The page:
The Birdcage Review

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The son of a gay Miami-nightclub owner is engaged to a right wing politician's daughter. The two families must meet, and a dinner becomes a spectacle as Armand (Williams) must hide his transvestitism and OTT partner.


As Hollywood continues its fascination with translating foreign classics and dressing blokes in an ever-wider selection of feminine attire, it seemed inevitable that along would come a film which combined the two. And indeed, 1978’s Gallic institution La Cage Aux Folles was that very candidate. The original was a farce of pant-wetting proportions that spawned two sequels and a musical. The remake offers glitz, glamour and Robin Williams. The results, while overly sincere, are for the most part satisfying.

      Williams, all gaudy suits and preposterous facewear, is nightclub owner Armand Goldman who lives in Miami Beach in a flat full of artefacts that would make a porn star blush, with over-emotional drag queen beau Albert, convinced his other half is up to no good. Then Armand’s son announces his upcoming marriage to the daughter of a senator embroiled in a political scandal, and the impending in-laws head cross-country to meet their new family. All the stops are pulled out to convince the right-wingers that normality and heterosexuality reign chez Goldman. It doesn’t work.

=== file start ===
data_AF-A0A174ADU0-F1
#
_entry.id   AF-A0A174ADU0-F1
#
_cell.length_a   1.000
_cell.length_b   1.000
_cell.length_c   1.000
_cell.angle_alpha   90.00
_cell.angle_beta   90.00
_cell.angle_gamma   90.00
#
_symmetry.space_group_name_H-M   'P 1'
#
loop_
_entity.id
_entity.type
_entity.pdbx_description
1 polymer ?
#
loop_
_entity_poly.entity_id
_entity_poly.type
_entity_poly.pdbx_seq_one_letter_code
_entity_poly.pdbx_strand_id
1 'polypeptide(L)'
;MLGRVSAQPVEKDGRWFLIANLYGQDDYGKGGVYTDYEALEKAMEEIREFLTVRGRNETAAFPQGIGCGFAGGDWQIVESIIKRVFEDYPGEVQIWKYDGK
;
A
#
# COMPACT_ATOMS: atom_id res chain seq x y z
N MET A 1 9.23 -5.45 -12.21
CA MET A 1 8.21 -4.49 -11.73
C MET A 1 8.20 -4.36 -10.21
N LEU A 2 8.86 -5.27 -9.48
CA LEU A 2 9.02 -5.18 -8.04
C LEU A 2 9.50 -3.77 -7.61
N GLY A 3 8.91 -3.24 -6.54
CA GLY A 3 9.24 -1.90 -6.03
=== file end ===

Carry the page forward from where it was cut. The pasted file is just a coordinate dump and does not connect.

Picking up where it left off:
The build-up gradually piles on layers of comedy before giving way to all-out farce in the final reel, but all too often allowing political correctness to impede on the good humour. What is refreshing, though, is to see Williams’ mugging taking a back seat, allowing him to play, appropriately enough, straight man to Lane’s frequently hysterical histrionics. Meanwhile Hank Azaria provides frenzied hilarity as the couple’s neurotic housemaid and Hackman shows unexpected comic dexterity. Reservations aside, this has a winning charm which stands it head and shoulders above its more patronising cross-dressing companions. 

If it weren't so darned "sincere" this would be an unmitigated bird-brained delight, but it undoubtedly remains a genial crowd pleaser. If the dress fits, wear it.